Flower gardens can be the most beautiful part of a backyard landscape, but an appealing flower garden design won't happen on its own. Careful planning and consideration must be taken into account - a flower garden will only be truly pleasing to the senses if it is designed as an architectural whole. By utilizing a few easy techniques and easy to control flowers, designing a flower garden can be easy.
The Level Rectangular Flower Garden
A straight grass pathway runs from the entrance road to the house up the center of the garden. This is partially shaded by a wide rose-covered pergola. Only one variety of climbing or rambling rose is used, either the creamy white Adelaide d'Orleans, or the pink Himalayan Musk, or the soft-yellow Malvern Hills. Any one of these is an excellent rose for a pergola, with scented flowers that hang gracefully from the branches.
On either side of the path are narrow beds in the alternating light and shadow of the pergola frame. These are planted with tall lavender bushes.
Beyond the lawns on either side of the pergola, the garden's rectangle is filled by wide borders with their edges curving gently in and out of the lawns. The borders are backed by solid hedges, but the hedges can hardly be seen through the rich thick filling of the borders. They have been planted with small trees, shrub roses, flowering shrubs, lupins, phlox and delphiniums. The trees have been chosen for their foliage, such as the copper red small Japanese maple, or for the beauty of their bark, as with the dwarf yellow birch.
At regular intervals along these borders there is a repeated theme of silver-blue planting, which holds the scheme together â€“ sea holly, cardoon, echinops bannaticus, Pritchard's Variety campanula, the grey foliage of verbascum olympicum, purple sage (which is silvery, not purple). These architectural plants, of different heights but all with different shades of silver-blue, tie the borders together.
In the lawn areas are planted a few old pear and apple trees which give height to the garden and fill the garden with sweet-scented blossom in the spring.
A Sloping Garden
In this garden the house is slightly raised above the garden. The rectangular walls of the house are softened by flowering climbing plants, wisteria and, above all, several varieties of clematis. A broad gravel walk lies between the house and the garden, with shallow steps down at either end and in the middle, to the lawn below. A narrow border below the walk has a few climbing plants, jasmine, honeysuckle or a pyrus japonica that rise above the coping of the retaining wall.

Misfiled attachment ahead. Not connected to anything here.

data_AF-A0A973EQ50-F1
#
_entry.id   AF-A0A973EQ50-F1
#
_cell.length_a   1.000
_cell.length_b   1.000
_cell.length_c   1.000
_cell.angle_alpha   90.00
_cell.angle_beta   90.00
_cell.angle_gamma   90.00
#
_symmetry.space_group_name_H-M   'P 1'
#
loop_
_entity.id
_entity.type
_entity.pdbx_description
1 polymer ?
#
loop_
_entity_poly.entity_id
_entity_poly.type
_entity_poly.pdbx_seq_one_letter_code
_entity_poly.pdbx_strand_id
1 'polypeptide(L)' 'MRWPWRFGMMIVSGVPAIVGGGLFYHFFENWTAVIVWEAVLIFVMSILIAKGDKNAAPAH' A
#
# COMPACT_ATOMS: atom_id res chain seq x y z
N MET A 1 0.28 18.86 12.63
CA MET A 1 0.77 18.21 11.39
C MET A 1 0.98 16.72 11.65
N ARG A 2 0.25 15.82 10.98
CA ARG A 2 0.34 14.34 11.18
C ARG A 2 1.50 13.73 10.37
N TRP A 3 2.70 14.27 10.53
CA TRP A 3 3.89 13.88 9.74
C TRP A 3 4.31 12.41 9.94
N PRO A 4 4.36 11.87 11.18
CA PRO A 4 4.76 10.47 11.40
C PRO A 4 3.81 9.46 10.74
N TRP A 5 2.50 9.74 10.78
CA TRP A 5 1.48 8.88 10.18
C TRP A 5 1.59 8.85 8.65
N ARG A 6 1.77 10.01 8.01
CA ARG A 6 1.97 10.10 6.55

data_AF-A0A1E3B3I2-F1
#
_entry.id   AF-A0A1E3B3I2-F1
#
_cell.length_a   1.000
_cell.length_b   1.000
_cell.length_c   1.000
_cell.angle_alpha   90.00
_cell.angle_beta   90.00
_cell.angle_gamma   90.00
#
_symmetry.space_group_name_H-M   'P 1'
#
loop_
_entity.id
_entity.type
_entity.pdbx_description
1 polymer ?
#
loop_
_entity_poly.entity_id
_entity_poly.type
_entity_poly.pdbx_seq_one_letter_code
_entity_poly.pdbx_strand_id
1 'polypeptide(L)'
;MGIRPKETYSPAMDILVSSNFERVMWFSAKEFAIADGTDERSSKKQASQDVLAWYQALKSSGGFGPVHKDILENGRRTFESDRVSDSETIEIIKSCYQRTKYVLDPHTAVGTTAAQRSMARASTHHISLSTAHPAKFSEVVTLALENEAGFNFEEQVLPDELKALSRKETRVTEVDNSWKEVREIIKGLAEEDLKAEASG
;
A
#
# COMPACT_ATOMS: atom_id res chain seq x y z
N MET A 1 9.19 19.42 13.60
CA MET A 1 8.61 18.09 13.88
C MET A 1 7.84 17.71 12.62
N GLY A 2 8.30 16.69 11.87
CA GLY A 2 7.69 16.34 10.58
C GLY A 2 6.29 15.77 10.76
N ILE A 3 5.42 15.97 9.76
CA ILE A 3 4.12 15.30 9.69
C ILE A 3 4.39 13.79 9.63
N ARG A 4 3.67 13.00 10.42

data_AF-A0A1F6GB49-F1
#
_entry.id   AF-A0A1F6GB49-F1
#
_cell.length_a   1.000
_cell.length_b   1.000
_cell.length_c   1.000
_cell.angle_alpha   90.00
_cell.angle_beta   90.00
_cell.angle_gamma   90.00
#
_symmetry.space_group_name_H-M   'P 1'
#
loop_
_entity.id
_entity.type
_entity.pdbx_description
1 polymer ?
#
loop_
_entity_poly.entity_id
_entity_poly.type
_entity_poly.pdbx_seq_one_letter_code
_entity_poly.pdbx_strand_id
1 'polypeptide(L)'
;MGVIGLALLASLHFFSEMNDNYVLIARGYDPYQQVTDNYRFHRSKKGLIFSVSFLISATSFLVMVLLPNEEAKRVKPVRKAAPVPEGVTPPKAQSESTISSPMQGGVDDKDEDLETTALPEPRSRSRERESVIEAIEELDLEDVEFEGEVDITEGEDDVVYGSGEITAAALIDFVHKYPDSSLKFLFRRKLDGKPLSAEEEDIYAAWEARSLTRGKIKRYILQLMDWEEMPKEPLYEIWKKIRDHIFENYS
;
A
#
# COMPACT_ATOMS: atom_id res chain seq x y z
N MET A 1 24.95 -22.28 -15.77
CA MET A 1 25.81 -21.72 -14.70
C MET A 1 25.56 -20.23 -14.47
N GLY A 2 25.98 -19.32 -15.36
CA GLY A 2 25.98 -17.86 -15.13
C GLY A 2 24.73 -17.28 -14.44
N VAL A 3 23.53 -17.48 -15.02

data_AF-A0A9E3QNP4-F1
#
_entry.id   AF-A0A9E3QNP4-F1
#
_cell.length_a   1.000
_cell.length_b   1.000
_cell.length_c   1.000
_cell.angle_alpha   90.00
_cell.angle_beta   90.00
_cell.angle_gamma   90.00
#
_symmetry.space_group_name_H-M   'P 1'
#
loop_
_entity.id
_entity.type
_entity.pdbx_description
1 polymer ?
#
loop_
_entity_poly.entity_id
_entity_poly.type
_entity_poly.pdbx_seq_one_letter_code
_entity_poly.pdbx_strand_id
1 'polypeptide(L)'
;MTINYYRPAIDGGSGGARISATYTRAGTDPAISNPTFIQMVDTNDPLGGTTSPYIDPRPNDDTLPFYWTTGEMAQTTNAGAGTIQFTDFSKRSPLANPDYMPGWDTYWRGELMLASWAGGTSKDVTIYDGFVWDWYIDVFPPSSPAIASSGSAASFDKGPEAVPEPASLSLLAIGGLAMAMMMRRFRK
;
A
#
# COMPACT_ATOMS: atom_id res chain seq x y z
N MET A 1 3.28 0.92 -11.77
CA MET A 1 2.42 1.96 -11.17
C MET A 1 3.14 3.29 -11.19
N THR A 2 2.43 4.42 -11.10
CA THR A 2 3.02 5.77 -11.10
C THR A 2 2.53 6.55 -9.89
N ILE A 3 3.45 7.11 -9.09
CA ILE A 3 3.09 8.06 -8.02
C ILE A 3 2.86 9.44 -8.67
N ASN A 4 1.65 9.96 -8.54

In the lawn there are a number of island beds, arranged so as to look as if they have been placed haphazardly, not in straight rows. The beds themselves are oval, or tear shaped, or curved. Between them are left wide expanses of turf so that people can walk among the beds with ease. (The garden also has a good number of wooden benches on which to rest for a while.) Each bed is devoted to only one kind of flower. In modern times this is unusual but it forms a pleasing contrast with the next, wilder, area of the garden beyond the lawn. There is a rose bed, a tulip bed, an allium bed, a bed of asters and chrysanthemums, a bed of sweet peas, a bed of lilies â€“ the possibilities are endless. Each bed will, of course, have a different height â€“ this is part of the aim.
The lawn, with its array of flower beds, slopes down to a rough area where orchard trees have been planted. These have been chosen more for the beauty of their flowers than for their fruit, although the two are often compatible. There are apples, pears, cherries, and a medlar. The grass below them has been allowed to grow, in contrast to the smooth lawn we have just left, and a rich variety of spring flowering bulbs have been planted under the trees, snowdrops, narcissus, wild daffodils, all of which have naturalised in the grass. Their flowering season comes early in the year when the beds in the lawn are dormant. Narrow paths are kept mown through the grass, and once a year, in late summer, the grass is scythed . Otherwise it is left undisturbed. Usually in a garden, naturalized bulbs and wild flowers do not do well together, but in an area such as this, the annual scything will lead to a natural seeding of wild flowers which will bloom among the grass throughout the summer and offer a sharp contrast to the mono-plant beds in the lawn above. Although it may be difficult to construct a desirable flower garden design, with a few simple tips and tricks, impressing your neighbors can be simple.